Cook had always worked at the Bighouse.
The house had always been surrounded by trees,
So tall and strong
That they supported the sun and moon
When they paused to shine overhead.
Rooks and the whispering wind
Danced to their easy sway.
At six o’ clock every evening
Cook left her cottage
To wend across the fields
To work at the house.
It was always waiting.
In winter, icy rain and cutting winds
Were cast into her path
But she strode steadily
Towards its dimly lit windows.
In summer, the warm air became scented
With the satisfying aroma
Of highly polished wood surfaces,
As she approached
The fading green and cream side door.
Cook was preparing dinner.
The Lady of the Bighouse
Drifted down the three stone stairs
To the kitchen.
The beef sizzled on schedule,
So they mused
Over the slender fragments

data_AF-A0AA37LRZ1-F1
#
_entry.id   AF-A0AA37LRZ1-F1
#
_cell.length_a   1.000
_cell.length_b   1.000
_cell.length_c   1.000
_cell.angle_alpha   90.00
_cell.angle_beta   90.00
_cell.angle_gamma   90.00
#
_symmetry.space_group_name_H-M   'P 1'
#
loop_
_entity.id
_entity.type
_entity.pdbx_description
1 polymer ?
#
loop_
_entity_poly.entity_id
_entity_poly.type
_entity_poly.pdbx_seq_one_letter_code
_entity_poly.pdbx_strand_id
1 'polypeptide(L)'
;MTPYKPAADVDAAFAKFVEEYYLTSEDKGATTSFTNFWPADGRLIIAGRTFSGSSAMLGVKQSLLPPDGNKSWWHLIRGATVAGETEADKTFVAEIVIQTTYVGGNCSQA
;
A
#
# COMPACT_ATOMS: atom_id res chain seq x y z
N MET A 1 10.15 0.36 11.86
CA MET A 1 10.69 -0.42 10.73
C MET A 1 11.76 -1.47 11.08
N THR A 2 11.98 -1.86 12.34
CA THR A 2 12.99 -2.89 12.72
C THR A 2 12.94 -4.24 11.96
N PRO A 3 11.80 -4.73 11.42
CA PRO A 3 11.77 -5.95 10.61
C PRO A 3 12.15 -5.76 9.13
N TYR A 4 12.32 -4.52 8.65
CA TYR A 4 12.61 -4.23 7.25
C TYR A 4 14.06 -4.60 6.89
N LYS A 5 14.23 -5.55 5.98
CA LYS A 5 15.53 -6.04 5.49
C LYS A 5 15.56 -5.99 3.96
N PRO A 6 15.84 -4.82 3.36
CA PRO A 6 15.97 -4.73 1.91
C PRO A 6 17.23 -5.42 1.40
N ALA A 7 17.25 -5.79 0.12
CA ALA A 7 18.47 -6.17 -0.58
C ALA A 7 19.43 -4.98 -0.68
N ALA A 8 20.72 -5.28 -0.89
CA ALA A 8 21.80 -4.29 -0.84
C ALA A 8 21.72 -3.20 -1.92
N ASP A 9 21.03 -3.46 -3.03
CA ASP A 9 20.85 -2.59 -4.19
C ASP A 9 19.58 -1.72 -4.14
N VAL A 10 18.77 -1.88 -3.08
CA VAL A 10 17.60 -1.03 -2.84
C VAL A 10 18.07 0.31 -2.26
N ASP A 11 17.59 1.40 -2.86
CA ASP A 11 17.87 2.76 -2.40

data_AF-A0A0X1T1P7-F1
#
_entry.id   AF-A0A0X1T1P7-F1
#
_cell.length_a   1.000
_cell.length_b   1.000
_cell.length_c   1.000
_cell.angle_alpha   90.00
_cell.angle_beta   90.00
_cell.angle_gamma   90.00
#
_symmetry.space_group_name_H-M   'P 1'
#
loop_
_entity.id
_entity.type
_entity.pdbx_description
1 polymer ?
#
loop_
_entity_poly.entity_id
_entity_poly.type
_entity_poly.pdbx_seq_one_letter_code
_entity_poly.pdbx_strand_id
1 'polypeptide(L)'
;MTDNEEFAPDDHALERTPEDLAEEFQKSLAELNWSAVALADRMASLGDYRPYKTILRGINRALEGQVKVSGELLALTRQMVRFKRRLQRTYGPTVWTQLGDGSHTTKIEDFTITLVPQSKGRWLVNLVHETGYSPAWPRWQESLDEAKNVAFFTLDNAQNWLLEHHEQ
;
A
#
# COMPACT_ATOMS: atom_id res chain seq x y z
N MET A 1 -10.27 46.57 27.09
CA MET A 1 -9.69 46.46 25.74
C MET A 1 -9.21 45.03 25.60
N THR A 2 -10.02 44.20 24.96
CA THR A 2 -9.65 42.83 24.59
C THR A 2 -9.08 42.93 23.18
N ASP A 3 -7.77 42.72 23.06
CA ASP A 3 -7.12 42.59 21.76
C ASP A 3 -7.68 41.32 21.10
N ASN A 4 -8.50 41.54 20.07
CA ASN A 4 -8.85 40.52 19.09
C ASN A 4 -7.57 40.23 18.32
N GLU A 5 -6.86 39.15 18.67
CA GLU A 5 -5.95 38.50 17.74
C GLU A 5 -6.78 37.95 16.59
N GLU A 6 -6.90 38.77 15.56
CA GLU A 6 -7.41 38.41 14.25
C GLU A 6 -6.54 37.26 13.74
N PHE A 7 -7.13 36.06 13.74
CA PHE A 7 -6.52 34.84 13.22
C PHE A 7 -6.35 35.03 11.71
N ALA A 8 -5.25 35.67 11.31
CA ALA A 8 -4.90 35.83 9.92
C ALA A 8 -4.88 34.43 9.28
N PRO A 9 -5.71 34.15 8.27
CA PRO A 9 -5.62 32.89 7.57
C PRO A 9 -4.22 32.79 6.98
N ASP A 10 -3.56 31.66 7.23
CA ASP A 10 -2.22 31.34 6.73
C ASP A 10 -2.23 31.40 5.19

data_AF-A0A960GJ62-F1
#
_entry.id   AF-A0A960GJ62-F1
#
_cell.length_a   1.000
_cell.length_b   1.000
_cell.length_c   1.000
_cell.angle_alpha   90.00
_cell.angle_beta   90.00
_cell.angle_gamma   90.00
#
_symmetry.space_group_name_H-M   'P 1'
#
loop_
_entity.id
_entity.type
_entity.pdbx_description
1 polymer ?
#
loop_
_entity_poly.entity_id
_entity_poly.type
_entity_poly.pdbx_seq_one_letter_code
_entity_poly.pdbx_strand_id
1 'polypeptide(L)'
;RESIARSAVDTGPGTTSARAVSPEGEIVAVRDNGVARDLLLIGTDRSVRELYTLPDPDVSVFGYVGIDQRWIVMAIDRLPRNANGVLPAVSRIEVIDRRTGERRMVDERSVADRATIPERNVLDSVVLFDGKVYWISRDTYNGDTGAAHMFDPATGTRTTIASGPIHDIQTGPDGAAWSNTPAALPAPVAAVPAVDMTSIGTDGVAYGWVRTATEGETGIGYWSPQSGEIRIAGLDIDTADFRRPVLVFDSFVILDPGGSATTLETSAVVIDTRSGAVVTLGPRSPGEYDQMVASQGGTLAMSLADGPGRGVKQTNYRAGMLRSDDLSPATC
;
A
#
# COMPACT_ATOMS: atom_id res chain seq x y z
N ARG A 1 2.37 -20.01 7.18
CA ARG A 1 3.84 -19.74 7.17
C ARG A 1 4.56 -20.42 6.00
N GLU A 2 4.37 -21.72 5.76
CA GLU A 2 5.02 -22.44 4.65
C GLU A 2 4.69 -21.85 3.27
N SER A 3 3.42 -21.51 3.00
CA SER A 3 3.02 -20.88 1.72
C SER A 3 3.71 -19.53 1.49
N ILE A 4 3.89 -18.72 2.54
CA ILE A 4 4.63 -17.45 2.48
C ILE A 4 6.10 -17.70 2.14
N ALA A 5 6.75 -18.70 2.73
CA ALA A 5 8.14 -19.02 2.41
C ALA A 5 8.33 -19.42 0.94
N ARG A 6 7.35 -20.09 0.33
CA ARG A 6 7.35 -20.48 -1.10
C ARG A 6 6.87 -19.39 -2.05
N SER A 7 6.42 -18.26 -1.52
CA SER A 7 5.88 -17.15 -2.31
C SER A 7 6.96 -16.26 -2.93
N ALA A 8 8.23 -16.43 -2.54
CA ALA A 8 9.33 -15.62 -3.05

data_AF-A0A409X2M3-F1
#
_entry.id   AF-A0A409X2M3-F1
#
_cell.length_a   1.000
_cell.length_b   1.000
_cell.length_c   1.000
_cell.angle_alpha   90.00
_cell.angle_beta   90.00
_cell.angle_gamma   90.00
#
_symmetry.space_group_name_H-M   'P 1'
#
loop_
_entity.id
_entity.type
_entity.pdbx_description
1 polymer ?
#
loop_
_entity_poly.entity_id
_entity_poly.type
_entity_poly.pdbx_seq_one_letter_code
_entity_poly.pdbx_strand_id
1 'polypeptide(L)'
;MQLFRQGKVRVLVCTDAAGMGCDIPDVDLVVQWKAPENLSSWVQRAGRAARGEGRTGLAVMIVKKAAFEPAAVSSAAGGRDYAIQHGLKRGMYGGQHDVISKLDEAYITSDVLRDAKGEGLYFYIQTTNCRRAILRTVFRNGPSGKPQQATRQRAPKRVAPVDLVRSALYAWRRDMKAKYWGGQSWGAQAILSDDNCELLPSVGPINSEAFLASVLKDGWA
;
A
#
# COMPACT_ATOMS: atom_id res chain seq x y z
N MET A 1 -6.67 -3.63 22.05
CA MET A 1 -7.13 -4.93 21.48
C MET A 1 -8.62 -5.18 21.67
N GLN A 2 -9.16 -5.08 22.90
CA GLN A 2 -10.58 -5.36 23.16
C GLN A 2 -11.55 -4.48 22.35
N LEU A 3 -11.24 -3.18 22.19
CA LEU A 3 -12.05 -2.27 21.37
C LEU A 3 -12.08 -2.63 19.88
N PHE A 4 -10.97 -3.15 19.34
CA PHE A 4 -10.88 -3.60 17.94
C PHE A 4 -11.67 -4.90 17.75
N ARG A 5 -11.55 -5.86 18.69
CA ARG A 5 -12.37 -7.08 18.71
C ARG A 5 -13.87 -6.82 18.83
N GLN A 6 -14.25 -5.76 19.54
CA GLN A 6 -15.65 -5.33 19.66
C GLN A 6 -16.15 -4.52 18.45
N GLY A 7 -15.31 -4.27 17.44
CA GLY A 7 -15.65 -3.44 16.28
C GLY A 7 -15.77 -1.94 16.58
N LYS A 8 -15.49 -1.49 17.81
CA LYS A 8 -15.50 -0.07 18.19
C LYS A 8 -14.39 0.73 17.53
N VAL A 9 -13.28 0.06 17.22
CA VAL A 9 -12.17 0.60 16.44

Of other similar days,
Retracing steps and sharing memories.
Later on, Cook could still smell
The Lady’s exquisite perfume
Lingering in the darkened window.
Holding a hand to her forehead,
Cook peered out
Through the now jet black glass
The sky was speeding by,
And her eyes lowered,
Then alighted on the cat
On guard under a hide
Of quivering dusty nettles.
All was well.
Cook dried the last plate
And placed it on the appropriate shelf.
When she opened the side door,
The driving rain hissed
And she had to tightly grasp her collar
To lift herself between the puddles.
She felt the reassuring gaze
Of the Bighouse and the cat
Follow her thin torchlight through the cedar trees,
Across the swirling soaking fields,
Safely towards the pale flickering light
That was a warm coal fire
That was that,
For another day.
(From Bighouse first published 2014)